Project description:<i>In situ</i> fluorescence imaging of nitric oxide (NO) is a powerful tool for studying the critical roles of NO in biological events. However, the selective imaging of NO is still a challenge because most currently available fluorescent probes rely on the <i>o</i>-phenylenediamine (OPD) recognition site, which reacts with both NO and some abundant reactive carbonyl species (RCS) (such as dehydroascorbic acid and methylglyoxal) and some reactive oxygen/nitrogen species (ROS/RNS). To address this problem, a new fluorescent probe, <b>NCNO</b>, based on the <i>N</i>-nitrosation of aromatic secondary amine was designed to bypass the RCS, ROS, and RNS interference. As was expected, the probe <b>NCNO</b> could recognize NO with pronounced selectivity and sensitivity among ROS, RNS, and RCS. The probe was validated by detecting NO in live cells and deep tissues owing to its two-photon excitation and red-light emission. It was, hence, applied to monitor NO in ischemia reperfusion injury (IRI) in mice kidneys by two-photon microscopy for the first time, and the results vividly revealed the profile of NO generation <i>in situ</i> during the renal IRI process.
Project description:Reactive oxygen species (ROS) production is a by-product of mitochondrial activity and is necessary for the acquisition of the capacitated state, a requirement for functional spermatozoa. However, an increase in oxidative stress, due to an abnormal production of ROS, has been shown to be related to loss of sperm function, highlighting the importance of an accurate detection of sperm ROS, given the specific nature of this cell. In this work, we tested a variety of commercially available fluorescent probes to detect ROS and reactive nitrogen species (RNS) in human sperm, to define their specificity. Using both flow cytometry (FC) and fluorescence microscopy (FM), we confirmed that MitoSOX™ Red and dihydroethidium (DHE) detect superoxide anion (as determined using antimycin A as a positive control), while DAF-2A detects reactive nitrogen species (namely, nitric oxide). For the first time, we also report that RedoxSensor™ Red CC-1, CellROX® Orange Reagent, and MitoPY1 seem to be mostly sensitive to hydrogen peroxide, but not superoxide. Furthermore, mean fluorescence intensity (and not percentage of labeled cells) is the main parameter that can be reproducibly monitored using this type of methodology.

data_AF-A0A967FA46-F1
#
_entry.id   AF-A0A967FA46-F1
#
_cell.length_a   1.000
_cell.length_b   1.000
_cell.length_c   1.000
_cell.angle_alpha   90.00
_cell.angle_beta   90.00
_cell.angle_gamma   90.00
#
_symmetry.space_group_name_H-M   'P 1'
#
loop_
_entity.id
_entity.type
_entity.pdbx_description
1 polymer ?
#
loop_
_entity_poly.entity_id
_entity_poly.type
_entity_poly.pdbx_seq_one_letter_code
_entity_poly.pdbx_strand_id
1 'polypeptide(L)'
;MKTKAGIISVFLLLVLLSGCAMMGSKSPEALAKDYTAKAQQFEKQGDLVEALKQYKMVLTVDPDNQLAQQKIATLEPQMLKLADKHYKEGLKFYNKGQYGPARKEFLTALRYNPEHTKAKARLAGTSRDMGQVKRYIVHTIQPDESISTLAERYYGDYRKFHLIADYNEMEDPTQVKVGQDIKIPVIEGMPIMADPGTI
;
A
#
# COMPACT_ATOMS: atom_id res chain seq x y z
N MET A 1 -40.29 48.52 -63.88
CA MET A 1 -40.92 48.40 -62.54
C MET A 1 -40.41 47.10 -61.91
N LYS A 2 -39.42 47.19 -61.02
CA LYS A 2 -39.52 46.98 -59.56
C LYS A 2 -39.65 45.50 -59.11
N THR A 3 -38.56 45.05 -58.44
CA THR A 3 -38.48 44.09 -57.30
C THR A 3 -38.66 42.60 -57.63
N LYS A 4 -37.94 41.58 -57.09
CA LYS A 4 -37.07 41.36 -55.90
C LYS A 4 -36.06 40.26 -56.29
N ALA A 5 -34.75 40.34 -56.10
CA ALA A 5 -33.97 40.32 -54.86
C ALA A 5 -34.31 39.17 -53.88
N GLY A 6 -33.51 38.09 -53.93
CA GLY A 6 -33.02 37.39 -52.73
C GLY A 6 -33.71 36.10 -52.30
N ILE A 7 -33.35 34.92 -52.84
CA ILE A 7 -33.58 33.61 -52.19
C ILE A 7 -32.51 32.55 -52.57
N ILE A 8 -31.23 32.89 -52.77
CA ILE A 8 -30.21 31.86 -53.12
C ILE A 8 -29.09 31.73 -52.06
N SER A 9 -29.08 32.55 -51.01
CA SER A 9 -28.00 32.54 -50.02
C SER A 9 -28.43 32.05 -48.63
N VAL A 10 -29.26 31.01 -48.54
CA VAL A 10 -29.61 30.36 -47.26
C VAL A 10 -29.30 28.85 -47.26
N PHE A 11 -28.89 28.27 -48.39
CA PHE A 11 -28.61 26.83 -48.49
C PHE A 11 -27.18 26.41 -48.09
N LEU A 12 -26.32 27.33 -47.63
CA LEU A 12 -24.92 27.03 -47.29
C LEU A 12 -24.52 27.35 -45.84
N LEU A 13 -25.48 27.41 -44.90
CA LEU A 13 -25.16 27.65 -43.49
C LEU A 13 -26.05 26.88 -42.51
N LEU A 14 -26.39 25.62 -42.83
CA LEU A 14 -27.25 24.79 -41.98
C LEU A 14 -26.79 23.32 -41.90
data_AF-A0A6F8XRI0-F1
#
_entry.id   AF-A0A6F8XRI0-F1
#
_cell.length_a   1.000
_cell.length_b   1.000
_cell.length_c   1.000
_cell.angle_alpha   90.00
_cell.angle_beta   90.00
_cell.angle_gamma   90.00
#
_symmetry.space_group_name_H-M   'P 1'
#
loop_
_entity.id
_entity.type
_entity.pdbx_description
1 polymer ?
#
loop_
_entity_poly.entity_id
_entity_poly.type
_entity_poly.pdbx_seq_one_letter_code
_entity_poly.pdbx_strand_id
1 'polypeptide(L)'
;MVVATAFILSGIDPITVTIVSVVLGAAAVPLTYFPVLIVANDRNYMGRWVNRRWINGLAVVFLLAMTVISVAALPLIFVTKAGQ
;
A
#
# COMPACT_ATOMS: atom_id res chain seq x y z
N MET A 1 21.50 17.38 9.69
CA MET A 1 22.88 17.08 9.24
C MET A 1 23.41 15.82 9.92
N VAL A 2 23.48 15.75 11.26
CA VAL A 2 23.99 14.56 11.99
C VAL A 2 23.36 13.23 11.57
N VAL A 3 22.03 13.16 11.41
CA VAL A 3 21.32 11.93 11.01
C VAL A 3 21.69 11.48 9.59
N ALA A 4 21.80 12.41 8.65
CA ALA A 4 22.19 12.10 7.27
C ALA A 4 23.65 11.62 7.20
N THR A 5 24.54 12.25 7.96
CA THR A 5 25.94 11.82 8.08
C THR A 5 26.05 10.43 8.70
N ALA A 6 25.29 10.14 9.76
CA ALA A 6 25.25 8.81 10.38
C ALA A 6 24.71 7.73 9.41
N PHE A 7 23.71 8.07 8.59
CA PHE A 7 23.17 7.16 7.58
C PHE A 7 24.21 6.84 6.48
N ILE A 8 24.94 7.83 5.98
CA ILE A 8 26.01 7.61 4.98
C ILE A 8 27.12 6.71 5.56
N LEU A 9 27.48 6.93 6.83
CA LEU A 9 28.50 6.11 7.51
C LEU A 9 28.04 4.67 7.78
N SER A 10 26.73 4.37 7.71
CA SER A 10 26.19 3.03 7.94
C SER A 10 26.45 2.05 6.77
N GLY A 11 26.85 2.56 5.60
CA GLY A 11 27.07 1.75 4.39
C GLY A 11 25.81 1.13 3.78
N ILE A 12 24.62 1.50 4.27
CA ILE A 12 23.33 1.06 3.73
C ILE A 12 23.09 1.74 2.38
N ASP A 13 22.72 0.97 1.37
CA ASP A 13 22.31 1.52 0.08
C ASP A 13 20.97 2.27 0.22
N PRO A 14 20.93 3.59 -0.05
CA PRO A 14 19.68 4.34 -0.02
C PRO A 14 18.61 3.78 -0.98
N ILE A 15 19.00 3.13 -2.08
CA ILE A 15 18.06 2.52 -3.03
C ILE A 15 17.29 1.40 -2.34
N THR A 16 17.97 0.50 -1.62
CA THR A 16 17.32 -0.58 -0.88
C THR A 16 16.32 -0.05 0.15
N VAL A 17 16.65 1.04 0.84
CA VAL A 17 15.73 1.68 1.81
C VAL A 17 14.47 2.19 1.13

Project description:Here we report that ferricytochrome c (cyt c(3+)) induces oxidation of hydroethidine (HE) and mitochondria-targeted hydroethidine (Mito-HE or MitoSOX Red) forming highly characteristic homo- and heterodimeric products. Using an HPLC-electrochemical (EC) method, several products were detected from cyt c(3+)-catalyzed oxidation of HE and Mito-HE and characterized by mass spectrometry and NMR techniques as follows: homodimers (HE-HE, E(+)-E(+), Mito-HE-Mito-HE, and Mito-E(+)-Mito-E(+)) and heterodimers (HE-E(+) and Mito-HE-Mito-E(+)), as well as the monomeric ethidium (E(+)) and mito-ethidium (Mito-E(+)). Similar products were detected when HE and Mito-HE were incubated with mitochondria. In contrast, mitochondria depleted of cyt c(3+) were much less effective in oxidizing HE or Mito-HE to corresponding dimeric products. Unlike E(+) or Mito-E(+), the dimeric analogs (E(+)-E(+) and Mito-E(+)-Mito-E(+)) were not fluorescent. Superoxide (O(2)(*-)) or Fremy's salt reacts with Mito-HE to form a product, 2-hydroxy-mito-ethidium (2-OH-Mito-E(+)) that was detected by HPLC. We conclude that HPLC-EC but not the confocal and fluorescence microscopy is a viable technique for measuring superoxide and cyt c(3+)-dependent oxidation products of HE and Mito-HE in cells. Superoxide detection using HE and Mito-HE could be severely compromised due to their propensity to undergo oxidation.